Learning Actions


Description

Learning Actions are activities that you can use with specific and various communities. Each Learning Action provides: 

  • theoretical/critical framing regarding the underlying concern the action is designed to address

  • a list of materials and handouts required

  • suggestions for adapting the action for specific groups

  • questions and issues to consider for the debriefing/discussion

Before you begin, click here to see our section on Facilitator Principles.

Facilitating Learning Actions: Some Principles

 We believe that each effective learning action should include the following components:

  • specific theoretical/critical framing and the facilitator's thorough understanding of the underlying concern the action is designed to address;

  • appropriate use/adaptation of the action to ensure the action is appropriate for your community of learners, and suggestions for adapting the action;

  • discussion of the ground rules for the action for ensuring safety and for the debriefing/discussion afterwards;

  • discussion of the differences between safety and discomfort (the latter is often required for embodied learning), and discussion of the ground rules regarding safety;

  • encouragement to participants to be attentive to their own thoughts, reactions, and responses (often multiple or contradictory) to the Learning Action which they can build on/share during the debriefing/discussion;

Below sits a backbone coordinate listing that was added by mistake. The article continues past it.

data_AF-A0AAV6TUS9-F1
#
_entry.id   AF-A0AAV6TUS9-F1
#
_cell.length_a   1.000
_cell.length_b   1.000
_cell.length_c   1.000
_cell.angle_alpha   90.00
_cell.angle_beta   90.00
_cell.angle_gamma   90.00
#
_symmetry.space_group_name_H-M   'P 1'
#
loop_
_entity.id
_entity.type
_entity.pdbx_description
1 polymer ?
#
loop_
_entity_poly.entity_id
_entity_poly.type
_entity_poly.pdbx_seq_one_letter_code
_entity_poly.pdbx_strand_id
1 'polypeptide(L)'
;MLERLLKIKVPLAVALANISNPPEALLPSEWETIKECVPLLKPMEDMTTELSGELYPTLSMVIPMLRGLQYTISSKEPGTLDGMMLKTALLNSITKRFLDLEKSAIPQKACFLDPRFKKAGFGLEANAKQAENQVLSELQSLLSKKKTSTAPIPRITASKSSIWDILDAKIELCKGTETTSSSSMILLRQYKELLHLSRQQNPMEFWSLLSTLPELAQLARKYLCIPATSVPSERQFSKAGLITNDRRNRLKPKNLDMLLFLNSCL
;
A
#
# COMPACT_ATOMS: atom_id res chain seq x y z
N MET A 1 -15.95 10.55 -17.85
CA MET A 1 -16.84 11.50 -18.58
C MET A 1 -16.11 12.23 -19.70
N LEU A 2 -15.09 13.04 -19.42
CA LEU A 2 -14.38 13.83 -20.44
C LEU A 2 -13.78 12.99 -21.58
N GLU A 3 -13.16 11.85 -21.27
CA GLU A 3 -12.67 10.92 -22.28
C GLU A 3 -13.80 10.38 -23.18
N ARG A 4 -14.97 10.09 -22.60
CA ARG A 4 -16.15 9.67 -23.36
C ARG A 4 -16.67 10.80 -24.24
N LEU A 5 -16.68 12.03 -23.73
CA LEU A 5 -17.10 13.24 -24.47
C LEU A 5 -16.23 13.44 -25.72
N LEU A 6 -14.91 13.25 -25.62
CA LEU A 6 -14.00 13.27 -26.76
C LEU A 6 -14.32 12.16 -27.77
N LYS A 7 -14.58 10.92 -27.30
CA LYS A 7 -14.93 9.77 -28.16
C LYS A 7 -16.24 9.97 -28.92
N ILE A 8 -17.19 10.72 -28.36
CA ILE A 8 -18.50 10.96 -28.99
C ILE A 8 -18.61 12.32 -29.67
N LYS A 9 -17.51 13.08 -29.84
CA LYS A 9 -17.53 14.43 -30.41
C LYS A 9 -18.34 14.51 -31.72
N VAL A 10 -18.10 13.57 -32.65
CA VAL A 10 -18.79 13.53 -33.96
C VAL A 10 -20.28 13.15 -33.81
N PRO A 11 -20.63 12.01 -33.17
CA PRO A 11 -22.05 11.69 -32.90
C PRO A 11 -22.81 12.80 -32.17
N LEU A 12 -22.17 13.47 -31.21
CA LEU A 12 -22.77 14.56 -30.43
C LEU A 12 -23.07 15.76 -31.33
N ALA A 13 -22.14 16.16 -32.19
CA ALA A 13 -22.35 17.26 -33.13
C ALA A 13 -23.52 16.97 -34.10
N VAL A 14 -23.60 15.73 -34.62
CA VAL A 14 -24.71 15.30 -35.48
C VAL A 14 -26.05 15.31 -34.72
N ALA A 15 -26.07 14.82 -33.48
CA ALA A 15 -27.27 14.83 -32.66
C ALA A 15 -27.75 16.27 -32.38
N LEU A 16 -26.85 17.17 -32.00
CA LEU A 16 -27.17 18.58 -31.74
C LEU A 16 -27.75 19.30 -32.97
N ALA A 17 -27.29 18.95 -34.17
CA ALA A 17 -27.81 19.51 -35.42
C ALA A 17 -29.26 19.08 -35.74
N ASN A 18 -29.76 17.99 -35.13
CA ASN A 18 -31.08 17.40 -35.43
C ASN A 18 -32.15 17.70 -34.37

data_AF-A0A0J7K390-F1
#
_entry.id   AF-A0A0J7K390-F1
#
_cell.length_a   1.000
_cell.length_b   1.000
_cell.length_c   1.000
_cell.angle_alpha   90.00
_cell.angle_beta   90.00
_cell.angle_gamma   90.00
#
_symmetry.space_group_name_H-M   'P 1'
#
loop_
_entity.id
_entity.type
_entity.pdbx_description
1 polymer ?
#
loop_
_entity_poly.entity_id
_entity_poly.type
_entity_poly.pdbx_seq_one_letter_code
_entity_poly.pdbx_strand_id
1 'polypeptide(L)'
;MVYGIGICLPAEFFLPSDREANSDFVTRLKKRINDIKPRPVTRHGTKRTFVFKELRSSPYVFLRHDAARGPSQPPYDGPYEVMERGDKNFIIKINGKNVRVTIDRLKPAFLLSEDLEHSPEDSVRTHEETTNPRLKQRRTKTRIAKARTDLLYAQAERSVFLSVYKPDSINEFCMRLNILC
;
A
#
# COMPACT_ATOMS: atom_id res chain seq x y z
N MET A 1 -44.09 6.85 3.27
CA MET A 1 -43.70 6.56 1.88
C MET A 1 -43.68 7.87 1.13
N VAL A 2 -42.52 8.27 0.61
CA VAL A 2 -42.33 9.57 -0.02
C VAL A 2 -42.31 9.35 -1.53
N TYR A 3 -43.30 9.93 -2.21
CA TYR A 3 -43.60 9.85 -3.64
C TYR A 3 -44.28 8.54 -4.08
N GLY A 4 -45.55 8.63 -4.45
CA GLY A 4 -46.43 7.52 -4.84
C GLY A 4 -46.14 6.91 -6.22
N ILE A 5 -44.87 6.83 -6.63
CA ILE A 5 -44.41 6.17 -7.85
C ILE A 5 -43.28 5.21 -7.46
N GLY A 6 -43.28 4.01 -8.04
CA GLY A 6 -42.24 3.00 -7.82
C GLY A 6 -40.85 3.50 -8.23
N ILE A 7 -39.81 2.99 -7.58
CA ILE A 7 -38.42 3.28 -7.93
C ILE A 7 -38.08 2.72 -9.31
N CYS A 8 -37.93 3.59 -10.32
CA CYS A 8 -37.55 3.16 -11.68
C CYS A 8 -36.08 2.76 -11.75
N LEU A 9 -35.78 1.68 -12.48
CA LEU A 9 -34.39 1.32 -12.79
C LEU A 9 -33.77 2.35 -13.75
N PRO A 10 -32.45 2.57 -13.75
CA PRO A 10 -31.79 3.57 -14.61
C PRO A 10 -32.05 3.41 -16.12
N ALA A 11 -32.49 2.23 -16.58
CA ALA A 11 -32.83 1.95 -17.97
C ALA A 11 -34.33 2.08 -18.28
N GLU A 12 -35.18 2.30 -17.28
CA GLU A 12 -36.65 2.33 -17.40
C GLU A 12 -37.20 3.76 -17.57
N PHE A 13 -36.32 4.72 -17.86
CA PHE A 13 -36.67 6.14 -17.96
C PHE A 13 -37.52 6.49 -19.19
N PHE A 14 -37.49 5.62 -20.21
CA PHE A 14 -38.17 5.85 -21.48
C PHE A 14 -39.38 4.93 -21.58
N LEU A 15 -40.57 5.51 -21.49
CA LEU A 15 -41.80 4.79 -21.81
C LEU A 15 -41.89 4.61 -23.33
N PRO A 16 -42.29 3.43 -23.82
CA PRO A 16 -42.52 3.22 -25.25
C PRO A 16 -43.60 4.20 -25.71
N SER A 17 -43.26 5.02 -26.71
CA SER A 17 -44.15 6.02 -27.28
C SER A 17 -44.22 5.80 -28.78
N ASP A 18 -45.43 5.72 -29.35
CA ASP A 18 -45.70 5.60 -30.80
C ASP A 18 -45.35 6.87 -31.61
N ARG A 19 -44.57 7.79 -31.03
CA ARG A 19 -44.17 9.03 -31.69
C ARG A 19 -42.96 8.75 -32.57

• participation of the facilitator (though this may occur in different ways);

  • debriefing and discussion of how to take the learning/action forward and into multiple trajectories; this often and should take much longer than does the action/activity itself;

  • self-care of all participants, including the facilitator.

Framework

Based on the above principles, each Learning Action is developed on a template which addresses the following:

I.  Framing the Action (theoretical/critical approach) 

II.  Materiality of Set-Up and Possibilities for Adapting the Action 

- how the facilitator can participate 
- how participants contribute to the group's learning 

III.  Facilitating this Learning Action

- some possible responses as it happens 

IV.  Discussion/Debriefing   

- working through responses and trajectories

List of Learning Actions

This resource provides you with a list of anti-racism activities to be used with your specific community. In order to use this responsibly, please familiarize yourself with the other sections of this webspace before facilitating these Learning Actions.

We have adapted some of these Learning Actions from other sources and framed them with particular reference to facilitation and debriefing; others have not been framed, but are simply borrowed directly. If this is the case, the activity link will have the note "unadapted." 

Knowledge Gaps

Language and Representation

Whiteness

Intersectionality

Inventories